India | Op-Ed: ‘Pollution is a health emergency’

Dr. Arvind Kumar, a surgeon at Sir Ganga Ram Hospital in New Delhi and a founder of the Lung Care Foundation (one of Health Care Without Harm’s partners in India), contributed a powerful op-ed in the Washington Post in which he pointedly calls India’s deadly pollution crisis “a public health emergency.”

He points to lack of awareness as a major barrier to action: “Indians know that pollution is bad for them and their children, but many do not understand the extent to which the damage carries in the body, with brutal effects. This lack of awareness leads to apathy. Thus, doctors must educate patients and not just after they’ve been diagnosed with a pollution-related disease.”

Dr. Kumar has been leading an initiative called Doctors for Clean Air–a collaboration between the Lung Care Foundation, Health Care Without Harm and Every Breath Matters (the campaign launched by Christiana Figueres, an architect of the Paris climate agreement)–in which prominent doctors throughout India are committing to raise awareness and force action to ensure clean air as a fundamental right. He also says that doctors cannot do it alone, urging India’s government to declare a public health emergency.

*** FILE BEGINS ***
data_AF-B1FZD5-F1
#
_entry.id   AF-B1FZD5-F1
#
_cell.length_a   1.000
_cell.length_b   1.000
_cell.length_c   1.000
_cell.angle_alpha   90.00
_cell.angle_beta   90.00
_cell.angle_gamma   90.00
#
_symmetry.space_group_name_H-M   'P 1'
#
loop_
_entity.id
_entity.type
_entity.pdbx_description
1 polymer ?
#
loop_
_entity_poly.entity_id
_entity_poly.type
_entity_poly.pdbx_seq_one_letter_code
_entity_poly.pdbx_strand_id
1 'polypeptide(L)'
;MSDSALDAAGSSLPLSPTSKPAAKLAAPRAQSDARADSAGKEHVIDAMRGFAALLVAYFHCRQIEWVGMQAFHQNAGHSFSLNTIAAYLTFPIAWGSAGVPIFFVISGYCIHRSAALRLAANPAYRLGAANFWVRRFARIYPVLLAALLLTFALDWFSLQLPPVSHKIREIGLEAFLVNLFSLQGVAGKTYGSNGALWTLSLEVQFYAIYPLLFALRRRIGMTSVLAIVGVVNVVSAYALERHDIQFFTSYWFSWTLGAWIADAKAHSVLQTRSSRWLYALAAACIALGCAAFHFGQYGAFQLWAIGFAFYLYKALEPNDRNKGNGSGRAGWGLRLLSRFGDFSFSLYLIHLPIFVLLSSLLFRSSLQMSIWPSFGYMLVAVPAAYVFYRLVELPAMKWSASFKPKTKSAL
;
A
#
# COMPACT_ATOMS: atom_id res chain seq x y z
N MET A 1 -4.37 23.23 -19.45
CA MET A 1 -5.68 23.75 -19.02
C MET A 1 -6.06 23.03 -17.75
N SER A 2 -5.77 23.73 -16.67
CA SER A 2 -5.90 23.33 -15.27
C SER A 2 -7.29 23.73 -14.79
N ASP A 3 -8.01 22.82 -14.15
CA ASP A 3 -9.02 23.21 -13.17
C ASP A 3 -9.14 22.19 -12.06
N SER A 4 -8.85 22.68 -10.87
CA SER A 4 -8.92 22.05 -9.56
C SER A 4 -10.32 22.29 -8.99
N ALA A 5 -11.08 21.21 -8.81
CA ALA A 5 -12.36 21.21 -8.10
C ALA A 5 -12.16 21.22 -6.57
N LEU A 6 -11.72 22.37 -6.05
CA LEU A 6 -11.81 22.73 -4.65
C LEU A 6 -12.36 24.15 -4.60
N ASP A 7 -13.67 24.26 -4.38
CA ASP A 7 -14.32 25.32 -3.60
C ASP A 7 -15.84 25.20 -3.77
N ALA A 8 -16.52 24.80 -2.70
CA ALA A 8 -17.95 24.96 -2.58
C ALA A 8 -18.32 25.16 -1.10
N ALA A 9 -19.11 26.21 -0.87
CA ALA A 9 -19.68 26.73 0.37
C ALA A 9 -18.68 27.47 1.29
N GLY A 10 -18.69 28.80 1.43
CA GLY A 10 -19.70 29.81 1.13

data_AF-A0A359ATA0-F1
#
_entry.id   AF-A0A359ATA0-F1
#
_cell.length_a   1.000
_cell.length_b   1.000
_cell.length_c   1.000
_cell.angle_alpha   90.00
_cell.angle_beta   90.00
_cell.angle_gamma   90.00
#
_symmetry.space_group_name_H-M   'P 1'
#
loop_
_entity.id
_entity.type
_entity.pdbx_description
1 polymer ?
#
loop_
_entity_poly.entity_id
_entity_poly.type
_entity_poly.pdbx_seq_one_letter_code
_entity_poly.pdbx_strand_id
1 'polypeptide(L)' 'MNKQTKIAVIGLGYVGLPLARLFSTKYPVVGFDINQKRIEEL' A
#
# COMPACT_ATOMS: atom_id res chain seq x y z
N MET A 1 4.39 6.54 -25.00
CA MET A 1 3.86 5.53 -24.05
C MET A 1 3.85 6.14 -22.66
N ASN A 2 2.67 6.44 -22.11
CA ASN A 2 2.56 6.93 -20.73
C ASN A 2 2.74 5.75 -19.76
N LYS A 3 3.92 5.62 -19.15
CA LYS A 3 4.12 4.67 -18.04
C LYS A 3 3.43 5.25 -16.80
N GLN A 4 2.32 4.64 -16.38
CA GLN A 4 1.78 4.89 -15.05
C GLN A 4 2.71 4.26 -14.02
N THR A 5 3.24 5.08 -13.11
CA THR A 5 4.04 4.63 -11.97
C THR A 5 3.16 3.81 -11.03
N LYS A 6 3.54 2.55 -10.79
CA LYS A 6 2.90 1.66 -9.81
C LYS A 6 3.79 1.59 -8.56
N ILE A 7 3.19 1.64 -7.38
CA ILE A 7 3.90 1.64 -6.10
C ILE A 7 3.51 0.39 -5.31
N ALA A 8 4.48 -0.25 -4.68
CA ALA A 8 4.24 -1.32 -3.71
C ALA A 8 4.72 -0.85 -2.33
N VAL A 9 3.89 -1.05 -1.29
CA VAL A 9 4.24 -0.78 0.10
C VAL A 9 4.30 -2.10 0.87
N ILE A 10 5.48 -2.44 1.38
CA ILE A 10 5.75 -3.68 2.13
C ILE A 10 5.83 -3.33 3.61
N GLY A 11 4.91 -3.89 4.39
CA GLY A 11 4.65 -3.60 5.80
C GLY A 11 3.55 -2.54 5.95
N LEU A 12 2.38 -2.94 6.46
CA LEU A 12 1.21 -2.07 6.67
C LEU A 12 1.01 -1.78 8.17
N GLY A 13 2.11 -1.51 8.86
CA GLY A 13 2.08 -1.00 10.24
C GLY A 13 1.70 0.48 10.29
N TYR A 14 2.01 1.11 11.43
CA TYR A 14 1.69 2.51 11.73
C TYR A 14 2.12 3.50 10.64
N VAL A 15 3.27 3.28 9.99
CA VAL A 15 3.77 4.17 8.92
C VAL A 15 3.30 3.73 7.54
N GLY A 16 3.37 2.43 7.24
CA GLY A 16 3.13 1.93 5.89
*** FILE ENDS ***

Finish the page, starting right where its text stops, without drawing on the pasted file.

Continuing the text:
Fossil fuels have brought us to this pathetic state. It is time for the human race to keep fossil fuels in the ground and shift completely to the abundant and clean aboveground sources of energy such as sun, water and wind. This is the only way to ensure the gift of clean air to our children. Our future depends on it.

Read the full op-ed in the Washington Post.

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